By Mary Lou Peter
MANHATTAN, Kan. – With several cases of avian influenza confirmed in four states near the Mississippi flyway, Kansas State University’s Scott Beyer is urging Kansas poultry producers to be vigilant and take precautions.
Avian influenza has been confirmed in poultry flocks in Tennessee, Alabama, Kentucky and Georgia, plus on a turkey farm in Wisconsin.
Beyer, a poultry specialist with K-State Research and Extension, said he’s been fielding calls from Kansas producers regarding what to watch for and steps they can take to keep their flocks safe.
No avian flu outbreaks have been reported in Kansas so far this year. The outbreaks in the states affected have resulted in the euthanasia of more than 200,000 birds in efforts to keep the virus from spreading.
Avian influenza outbreaks have occurred in both commercial and backyard poultry flocks, he said, mostly near the Mississippi flyway as wild migratory waterfowl return to summer loafing areas in the north. Commercial flocks have implemented tight biosecurity programs, but there are risks that owners of small flocks should recognize because most are kept free range.
“With avian flu,” Beyer said, “we have to think of an outbreak in the economic sense, because even if one bird is confirmed to have the disease, that whole particular flock, whether it’s 10 birds or 300, will be euthanized to try to stop it from spreading.”
At highest risk are small flocks that have domesticated waterfowl mixed in with the poultry. These birds will attract and possibly mix with migratory fowl which could easily transfer the infection to the home flock, Beyer said. He offered several tips:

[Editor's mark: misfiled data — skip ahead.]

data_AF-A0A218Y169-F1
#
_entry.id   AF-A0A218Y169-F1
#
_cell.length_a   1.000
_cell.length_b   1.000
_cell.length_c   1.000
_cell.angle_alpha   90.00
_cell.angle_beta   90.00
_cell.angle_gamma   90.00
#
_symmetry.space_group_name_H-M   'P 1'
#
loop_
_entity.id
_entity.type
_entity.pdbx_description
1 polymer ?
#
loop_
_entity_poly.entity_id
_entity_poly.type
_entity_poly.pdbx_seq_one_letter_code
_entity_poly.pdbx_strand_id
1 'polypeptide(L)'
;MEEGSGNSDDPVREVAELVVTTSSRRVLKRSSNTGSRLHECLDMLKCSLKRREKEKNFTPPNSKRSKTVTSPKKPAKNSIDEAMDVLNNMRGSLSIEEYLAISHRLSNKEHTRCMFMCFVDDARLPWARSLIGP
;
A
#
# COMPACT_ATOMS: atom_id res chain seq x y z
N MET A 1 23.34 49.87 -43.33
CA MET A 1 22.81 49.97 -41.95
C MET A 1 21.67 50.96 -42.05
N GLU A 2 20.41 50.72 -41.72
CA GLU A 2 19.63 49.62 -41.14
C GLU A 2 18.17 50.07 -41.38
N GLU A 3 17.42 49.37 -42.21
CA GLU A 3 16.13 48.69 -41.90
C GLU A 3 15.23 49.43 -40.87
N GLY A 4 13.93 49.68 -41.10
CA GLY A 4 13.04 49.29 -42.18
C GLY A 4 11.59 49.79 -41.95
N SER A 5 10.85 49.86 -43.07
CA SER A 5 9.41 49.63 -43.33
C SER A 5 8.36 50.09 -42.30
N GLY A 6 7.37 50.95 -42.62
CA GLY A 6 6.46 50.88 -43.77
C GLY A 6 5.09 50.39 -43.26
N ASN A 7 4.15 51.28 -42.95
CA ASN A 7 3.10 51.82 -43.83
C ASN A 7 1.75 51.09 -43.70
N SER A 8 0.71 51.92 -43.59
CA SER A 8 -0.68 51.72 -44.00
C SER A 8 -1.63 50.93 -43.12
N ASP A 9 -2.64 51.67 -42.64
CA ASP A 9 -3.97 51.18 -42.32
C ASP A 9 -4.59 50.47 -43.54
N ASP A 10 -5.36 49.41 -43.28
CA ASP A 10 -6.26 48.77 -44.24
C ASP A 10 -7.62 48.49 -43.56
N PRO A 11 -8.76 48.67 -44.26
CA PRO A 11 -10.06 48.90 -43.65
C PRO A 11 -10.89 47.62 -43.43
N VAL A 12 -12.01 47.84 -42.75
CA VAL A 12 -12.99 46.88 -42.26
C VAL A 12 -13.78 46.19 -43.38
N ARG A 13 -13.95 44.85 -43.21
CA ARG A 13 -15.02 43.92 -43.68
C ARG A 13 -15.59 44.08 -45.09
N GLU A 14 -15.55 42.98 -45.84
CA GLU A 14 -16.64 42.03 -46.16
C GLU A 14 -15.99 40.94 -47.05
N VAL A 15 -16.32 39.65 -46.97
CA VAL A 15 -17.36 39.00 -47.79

- Keep yourself and your pets out of ponds and away from banks around them.
- Don’t go into places where wild birds roost and feed. If you accidently step where you shouldn’t, don’t wear those clothes and shoes around your birds.
- Keep wild birds away from your flock. The biggest potential threats are birds building nests in the barns and birds that steal food from feeders.
- Don’t leave food out overnight in feeders. Birds are attracted to eat from the feeders, as are nightly visitors such as mice, rats, opossums and raccoons, which carry Salmonella and E.coli. Who wants other animals stealing expensive feed anyway? Place feed in feeders during the day when poultry are eating, then move it to an inaccessible place overnight. Store feed in rodent-proof containers. Some owners determine how much feed their birds need each day, then fill their feeders with only that much feed each morning so it runs out at the end of the day, leaving the feeders empty.
If an outbreak and subsequent stop-movement order occur, bird swaps, sales and shows may be closed. This does not mean that birds or chicks cannot be purchased or sold to individuals. It normally refers only to events where birds are brought together then allowed to return to farms at the end of an event. An example would be selling live poultry at a farmer’s market or auction.
The Centers for Disease Control and Prevention consider human health risk from avian influenza to be low, but Beyer said the risk for poultry, especially in an outbreak of the high-pathogenic form of the virus, can be great.
“This is a good time to remember that keeping a closed flock will help reduce your chances of diseases spreading to your birds,” Beyer said.
More information on avian influenza is available on the U.S. Department of Agriculture’s Animal and Plant Health Inspection Service website. K-State Research and Extension has a fact sheet, “Avian Influenza Prevention in Gamebird and Ratite Facilities available online at http://www.bookstore.ksre.ksu.edu/pubs/MF2114.pdf or at county or district Extension offices (ratites are flightless birds such as ostriches and emus).
Information thanks to Kansas State University Research and Extension.